Safety Solutions

In December 2008, a UCLA research assistant used a syringe to remove t-butyl lithium, a chemical compound which ignites instantly with air exposure, from an air-tight container. Within 18 days, the student died with second and third degree burns on 43 percent of her body.

The UCLA laboratory fire has raised questions over chemical safety among the scientific community. In response to the west-coast incident, due diligence from Michigan’s Occupational Safety and Health Administration (OSHA) and laboratory insurance providers, and in accordance with routinely scheduled safety procedure reviews, Albion College reviewed and updated their chemical hygiene procedures

 “What (the UCLA lab fire) indicated to the entire chemical community is that you can have regulations, but if you don’t educate the people who fall under their responsibility, then its like not having regulations at all,” said Andrew French, chair of the chemistry department.

 Changes in lab safety procedure include requiring the use of protective eyewear in biology, physics, and geology labs where any chemicals are used. Use of goggles has always been required within the chemistry department.

 “It’s just a matter of bringing all the sciences into line,” French said. “If they are using lubricants, flammable liquids, irritants, then you have to wear protective equipment. This is not a controversial thing. It’s just what we do now.”

 For example, “common sense” protective gear including gloves and goggles could prevent eye injuries from particulate matter in a geology lab, and elevated heart rates from epinephrine utilized in advanced biology courses.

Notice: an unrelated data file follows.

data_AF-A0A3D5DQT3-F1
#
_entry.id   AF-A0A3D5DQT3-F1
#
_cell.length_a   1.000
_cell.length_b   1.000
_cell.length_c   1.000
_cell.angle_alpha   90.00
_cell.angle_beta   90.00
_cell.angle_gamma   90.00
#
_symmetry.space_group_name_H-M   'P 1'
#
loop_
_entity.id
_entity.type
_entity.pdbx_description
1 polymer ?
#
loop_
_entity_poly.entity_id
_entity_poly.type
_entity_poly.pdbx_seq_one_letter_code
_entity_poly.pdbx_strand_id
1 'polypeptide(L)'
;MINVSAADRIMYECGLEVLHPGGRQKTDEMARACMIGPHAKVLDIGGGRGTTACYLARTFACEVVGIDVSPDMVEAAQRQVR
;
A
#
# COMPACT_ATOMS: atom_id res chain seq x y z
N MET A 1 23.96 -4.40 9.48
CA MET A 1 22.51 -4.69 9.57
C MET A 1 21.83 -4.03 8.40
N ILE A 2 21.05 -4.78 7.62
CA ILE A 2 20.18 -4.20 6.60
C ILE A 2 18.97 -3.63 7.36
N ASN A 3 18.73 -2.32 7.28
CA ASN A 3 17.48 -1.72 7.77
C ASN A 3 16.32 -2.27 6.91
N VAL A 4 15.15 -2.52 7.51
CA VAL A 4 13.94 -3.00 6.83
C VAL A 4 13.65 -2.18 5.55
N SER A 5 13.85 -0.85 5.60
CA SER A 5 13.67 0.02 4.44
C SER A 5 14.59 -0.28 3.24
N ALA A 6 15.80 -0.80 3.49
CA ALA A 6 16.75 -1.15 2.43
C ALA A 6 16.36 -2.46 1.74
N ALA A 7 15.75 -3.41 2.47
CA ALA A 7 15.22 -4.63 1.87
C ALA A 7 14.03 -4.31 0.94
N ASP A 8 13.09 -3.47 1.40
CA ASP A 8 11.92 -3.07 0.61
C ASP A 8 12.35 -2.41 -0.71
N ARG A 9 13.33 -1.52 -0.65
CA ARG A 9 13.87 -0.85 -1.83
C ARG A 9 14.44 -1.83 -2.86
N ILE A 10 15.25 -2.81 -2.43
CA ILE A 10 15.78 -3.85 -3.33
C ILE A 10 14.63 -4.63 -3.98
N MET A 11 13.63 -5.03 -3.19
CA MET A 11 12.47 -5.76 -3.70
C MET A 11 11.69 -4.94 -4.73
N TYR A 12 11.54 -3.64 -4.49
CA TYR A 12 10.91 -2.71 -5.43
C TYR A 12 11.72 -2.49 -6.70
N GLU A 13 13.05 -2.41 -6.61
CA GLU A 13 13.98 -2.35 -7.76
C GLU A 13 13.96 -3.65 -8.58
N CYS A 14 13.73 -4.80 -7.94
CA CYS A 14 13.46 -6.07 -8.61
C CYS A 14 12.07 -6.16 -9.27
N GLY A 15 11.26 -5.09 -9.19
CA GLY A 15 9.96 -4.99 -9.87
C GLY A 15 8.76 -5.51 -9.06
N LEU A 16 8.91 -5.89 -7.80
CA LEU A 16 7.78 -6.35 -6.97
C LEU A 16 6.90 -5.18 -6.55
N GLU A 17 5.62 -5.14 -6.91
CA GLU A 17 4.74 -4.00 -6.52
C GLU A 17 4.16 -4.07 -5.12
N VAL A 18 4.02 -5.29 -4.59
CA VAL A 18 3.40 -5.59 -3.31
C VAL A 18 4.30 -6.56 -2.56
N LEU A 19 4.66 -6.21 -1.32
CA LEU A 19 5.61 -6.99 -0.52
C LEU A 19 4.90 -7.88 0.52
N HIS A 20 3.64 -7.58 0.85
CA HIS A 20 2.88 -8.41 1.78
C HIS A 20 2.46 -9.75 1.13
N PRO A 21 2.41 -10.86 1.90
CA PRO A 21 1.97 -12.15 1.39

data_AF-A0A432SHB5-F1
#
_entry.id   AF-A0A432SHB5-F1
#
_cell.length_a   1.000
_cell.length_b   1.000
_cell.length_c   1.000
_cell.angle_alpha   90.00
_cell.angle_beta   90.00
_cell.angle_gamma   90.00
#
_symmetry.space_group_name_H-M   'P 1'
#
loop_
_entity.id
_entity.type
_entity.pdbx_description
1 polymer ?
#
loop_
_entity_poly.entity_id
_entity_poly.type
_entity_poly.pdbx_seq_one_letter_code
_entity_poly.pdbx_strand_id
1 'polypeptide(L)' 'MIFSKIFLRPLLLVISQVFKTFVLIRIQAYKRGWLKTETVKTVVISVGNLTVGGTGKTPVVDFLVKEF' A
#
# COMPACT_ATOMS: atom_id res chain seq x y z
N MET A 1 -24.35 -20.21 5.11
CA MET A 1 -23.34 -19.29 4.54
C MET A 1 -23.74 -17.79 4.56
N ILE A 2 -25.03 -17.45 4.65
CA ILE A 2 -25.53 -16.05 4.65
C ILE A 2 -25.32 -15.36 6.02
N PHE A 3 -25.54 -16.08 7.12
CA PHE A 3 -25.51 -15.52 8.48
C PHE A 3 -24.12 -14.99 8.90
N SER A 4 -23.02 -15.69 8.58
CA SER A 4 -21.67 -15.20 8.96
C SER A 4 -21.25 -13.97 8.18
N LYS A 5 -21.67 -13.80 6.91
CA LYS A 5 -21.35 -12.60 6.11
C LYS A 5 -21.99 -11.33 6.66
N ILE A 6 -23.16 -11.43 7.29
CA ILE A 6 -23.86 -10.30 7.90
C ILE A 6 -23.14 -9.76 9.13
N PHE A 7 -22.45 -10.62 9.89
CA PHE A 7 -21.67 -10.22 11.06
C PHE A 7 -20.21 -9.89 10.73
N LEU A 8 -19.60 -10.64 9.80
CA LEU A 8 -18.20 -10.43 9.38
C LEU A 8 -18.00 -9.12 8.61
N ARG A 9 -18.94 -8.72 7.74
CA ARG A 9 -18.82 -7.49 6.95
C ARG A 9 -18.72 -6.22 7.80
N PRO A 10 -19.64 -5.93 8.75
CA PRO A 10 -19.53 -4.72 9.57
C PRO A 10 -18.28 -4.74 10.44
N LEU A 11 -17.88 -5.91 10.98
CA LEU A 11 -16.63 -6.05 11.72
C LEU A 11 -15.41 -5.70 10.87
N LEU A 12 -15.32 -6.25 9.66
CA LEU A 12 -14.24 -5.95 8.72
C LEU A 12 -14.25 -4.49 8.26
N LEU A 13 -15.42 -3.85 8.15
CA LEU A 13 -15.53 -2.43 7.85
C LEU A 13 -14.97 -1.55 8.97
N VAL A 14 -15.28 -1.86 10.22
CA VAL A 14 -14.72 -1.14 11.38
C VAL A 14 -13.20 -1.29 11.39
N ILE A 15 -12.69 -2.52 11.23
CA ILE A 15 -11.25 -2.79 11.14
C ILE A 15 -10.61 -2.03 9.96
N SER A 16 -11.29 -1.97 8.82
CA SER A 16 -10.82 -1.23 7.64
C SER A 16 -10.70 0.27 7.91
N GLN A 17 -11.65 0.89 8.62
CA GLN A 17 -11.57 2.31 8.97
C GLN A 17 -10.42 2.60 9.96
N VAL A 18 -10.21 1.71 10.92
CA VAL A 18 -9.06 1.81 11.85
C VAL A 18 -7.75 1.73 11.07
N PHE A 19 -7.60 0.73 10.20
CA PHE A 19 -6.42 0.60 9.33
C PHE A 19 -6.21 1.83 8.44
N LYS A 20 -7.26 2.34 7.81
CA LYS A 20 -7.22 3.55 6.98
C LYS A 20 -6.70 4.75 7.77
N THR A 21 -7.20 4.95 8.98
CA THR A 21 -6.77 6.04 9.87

In addition, updated student-orientated incident reports in labs are required, Material Safety Data Sheets (MSDS) are available in every lab, and a chemical dumb-waiter is used to transport chemicals directly from the supply room to classrooms rather then the elevator.

 According to David Carey, chemical hygiene officer, the majority of chemicals are diluted concentrated acids or bases that act as irritants. Periodically more concentrated acids and bases are utilized in labs.

 However, last spring, an organic solvent was accidently poured down a sink in the organic teaching lab, dissolving the plastic and requiring a replacement of the pipe.

 “The goal is to create a safety program that is uniform within the science departments,” Carey said.

 French says that he has already signed approval of the new chemical hygiene plan, and the plan is being reviewed by the other department chairs before being sent to the provost for approval.

 “It’s not like it’s a major inconvenience, so students should be able to adapt to it with no problem,” said Mark Kluk, Jackson senior and biology major.  “It could only help, so there’s no harm in being cautious.”

 In the past, Albion has routinely reviewed their chemical hygiene plan every two to three years to determine whether changes are necessary, according to Carey.

 During the summer 2009, the chemical hygiene plan was reviewed for the first time since the new science center was built in 2004, and from now on the plan will be annually checked.

 “The building created new challenges and opportunities for students, and therefore new challenges and opportunities for safety,” French said.

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